Long, Last, Happy

I have just procured this book, after having read numerous favorable reviews toward the end of last year.  Interestingly, it was published on my birthday.  I took it as a sign.

And you know I always love a good short story and if it's a Southern writer, how bad can it be?

Here's what Publisher's Weekly has to say about it:
Starred Review. This posthumous collection includes four new stories and shows why Hannah's regarded as one of the best. Hannah's wit is caustic, shot through with social commentary and gleefully interspersed with bursts of slapstick comedy. One of his best-known early stories, "Mother Rooney Unscrolls the Hurt," still holds up more than 30 years later, with the landlady in her dilapidated house, lying crumpled at the bottom of the stairs. Hannah easily links themes, characters, and places--particularly his longtime home of Oxford, Miss., and its flagship school, Ole Miss--without drawing unnecessary attention to connections. The new stories--"Fire Water," "Sick Soldier at Your Door," "Lastward, Deputy James," and "Out-tell the Teller"--can be read as a set of interlocking narratives, each presenting a different angle on a series of arson attacks on small churches. The subject matter may be serious, but Hannah never abandons his sly grin--just as he was able to shift, mid-story, between boyhood hijinks and the looming threat of Vietnam in "Testimony of Pilot." This collection reminds that Hannah, even in death, will always be "on the black and chrome Triumph, riding right into your face."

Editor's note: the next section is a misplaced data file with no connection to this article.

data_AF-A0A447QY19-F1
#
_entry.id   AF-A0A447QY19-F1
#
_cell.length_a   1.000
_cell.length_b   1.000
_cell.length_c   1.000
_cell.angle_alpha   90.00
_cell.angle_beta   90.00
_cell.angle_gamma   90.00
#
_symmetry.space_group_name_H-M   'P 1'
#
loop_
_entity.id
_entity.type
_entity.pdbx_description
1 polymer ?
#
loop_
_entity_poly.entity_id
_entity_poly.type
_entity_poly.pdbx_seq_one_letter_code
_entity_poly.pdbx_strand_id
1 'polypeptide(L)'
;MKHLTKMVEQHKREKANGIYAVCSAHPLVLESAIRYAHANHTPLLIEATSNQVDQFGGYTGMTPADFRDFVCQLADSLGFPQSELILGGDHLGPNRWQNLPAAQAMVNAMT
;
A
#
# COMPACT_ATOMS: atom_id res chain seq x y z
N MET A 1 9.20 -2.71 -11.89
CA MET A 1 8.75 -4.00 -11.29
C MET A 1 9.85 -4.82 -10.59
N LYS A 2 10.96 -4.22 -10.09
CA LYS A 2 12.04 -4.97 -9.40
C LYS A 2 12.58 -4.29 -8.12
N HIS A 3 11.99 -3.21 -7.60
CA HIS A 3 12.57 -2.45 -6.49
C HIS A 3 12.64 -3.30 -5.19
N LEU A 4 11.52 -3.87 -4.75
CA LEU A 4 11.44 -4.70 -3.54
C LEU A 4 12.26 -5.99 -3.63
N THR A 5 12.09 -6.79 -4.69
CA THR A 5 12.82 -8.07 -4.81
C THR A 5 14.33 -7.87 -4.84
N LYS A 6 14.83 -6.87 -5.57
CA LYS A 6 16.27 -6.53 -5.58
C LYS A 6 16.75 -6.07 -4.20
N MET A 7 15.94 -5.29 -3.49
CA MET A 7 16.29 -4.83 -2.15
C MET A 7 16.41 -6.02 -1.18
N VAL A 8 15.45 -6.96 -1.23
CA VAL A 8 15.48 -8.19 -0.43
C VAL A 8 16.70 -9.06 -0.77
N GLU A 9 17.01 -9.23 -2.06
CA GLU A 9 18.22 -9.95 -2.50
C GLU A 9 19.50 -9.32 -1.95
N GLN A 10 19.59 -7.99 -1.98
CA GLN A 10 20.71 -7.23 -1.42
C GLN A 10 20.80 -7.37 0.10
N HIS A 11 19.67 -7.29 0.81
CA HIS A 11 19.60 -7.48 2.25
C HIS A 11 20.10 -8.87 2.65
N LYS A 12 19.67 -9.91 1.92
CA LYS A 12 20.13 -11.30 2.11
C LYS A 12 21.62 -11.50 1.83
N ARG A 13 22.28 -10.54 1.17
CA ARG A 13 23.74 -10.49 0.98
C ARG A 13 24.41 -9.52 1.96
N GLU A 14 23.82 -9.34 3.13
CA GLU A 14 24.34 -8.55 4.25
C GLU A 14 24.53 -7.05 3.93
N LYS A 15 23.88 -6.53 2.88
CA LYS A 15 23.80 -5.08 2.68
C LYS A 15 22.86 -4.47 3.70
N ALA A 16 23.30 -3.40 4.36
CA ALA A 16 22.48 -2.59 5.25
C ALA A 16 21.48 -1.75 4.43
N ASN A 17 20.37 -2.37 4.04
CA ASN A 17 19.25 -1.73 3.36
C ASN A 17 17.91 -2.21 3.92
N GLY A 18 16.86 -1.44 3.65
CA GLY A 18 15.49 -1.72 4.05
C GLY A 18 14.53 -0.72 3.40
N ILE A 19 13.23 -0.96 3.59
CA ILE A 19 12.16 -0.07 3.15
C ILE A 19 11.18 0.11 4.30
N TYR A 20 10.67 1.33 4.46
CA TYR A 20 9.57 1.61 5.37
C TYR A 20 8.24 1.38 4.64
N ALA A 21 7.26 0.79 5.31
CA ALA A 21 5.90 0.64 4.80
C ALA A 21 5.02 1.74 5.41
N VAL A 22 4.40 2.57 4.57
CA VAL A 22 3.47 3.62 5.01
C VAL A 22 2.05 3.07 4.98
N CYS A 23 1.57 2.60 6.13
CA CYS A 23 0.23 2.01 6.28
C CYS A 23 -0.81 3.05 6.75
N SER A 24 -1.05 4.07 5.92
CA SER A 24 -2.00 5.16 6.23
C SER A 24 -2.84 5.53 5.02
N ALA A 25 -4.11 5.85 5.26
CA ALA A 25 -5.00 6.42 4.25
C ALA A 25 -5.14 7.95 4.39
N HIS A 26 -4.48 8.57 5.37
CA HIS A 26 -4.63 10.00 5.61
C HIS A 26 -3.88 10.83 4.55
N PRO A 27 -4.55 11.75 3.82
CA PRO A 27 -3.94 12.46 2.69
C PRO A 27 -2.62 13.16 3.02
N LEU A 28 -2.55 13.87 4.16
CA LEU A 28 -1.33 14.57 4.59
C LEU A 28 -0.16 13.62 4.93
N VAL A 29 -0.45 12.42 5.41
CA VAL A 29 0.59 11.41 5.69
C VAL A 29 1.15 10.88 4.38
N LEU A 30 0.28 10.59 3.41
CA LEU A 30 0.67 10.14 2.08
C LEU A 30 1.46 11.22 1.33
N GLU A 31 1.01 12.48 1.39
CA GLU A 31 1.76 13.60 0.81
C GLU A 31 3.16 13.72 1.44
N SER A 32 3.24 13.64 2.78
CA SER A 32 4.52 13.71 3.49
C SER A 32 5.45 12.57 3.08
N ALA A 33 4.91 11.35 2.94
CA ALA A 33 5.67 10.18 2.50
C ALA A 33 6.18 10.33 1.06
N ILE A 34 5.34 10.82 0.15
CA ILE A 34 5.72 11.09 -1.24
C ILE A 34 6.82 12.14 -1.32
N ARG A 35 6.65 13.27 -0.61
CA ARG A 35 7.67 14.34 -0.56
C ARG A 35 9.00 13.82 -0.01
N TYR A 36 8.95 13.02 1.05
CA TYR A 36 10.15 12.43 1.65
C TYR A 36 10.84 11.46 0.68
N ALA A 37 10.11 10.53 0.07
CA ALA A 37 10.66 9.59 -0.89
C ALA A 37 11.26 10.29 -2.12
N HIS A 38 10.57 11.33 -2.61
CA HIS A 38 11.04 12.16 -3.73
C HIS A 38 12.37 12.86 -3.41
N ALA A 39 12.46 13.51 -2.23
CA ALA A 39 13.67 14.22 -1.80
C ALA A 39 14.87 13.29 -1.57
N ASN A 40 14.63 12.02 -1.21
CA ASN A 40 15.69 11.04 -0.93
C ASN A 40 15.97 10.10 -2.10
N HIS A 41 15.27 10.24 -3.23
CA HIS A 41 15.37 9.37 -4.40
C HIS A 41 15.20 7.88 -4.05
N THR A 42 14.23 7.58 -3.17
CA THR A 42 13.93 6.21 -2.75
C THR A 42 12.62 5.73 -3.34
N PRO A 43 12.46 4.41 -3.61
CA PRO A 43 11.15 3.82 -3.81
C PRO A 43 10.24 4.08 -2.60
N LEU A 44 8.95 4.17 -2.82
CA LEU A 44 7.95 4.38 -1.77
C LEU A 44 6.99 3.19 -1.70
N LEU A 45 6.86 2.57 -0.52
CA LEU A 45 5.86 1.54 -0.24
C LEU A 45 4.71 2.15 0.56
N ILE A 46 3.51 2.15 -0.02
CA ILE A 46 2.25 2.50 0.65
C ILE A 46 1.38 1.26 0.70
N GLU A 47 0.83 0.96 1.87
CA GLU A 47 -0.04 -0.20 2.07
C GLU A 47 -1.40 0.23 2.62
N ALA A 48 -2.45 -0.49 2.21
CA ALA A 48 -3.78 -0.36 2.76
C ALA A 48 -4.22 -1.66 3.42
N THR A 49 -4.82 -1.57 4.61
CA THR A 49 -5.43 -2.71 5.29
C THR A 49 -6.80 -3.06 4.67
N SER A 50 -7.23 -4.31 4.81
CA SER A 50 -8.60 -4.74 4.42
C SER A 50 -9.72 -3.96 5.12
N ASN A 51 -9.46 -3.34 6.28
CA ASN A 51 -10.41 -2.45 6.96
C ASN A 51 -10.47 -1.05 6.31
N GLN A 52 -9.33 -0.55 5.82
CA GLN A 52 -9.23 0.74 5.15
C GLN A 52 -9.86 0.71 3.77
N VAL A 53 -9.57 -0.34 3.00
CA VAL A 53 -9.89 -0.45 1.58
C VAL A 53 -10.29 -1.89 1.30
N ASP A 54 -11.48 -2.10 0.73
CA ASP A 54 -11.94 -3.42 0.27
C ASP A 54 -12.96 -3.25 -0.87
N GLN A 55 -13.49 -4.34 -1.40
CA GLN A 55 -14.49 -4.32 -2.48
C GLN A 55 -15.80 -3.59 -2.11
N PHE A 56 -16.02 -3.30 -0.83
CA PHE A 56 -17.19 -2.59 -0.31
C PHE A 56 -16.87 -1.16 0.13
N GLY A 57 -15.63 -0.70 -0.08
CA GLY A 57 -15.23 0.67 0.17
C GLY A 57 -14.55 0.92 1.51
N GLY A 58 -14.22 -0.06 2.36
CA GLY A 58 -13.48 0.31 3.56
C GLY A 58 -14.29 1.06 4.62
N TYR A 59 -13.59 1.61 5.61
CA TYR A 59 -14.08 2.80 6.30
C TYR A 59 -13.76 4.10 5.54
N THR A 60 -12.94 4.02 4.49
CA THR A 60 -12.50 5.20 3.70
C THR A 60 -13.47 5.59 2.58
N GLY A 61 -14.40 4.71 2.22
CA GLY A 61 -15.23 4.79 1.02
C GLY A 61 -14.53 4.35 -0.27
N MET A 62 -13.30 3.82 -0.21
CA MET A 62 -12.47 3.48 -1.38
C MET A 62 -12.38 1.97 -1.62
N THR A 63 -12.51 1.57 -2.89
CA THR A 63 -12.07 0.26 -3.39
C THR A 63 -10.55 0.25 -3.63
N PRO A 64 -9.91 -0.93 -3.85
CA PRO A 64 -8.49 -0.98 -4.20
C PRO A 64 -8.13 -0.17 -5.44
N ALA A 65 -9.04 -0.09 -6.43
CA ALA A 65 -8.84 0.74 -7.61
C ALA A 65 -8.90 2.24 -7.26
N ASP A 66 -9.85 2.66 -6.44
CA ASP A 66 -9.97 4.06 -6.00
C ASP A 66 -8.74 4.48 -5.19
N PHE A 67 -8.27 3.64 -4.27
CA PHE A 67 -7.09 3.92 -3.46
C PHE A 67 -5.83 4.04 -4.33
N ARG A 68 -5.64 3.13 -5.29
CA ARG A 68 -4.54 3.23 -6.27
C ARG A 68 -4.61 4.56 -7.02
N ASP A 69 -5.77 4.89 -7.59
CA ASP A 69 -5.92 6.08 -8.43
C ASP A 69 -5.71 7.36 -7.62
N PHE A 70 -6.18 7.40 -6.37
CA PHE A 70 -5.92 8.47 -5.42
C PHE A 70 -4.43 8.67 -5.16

Has anyone read this yet?  Do tell!


  1. Ooh, I haven't read it, but to compare him to Flannery O'Connor (swoon) definitely has captured my attention. Might have to get that for my upcoming travels.

  2. I know! And Larry McMurtry knows everything!


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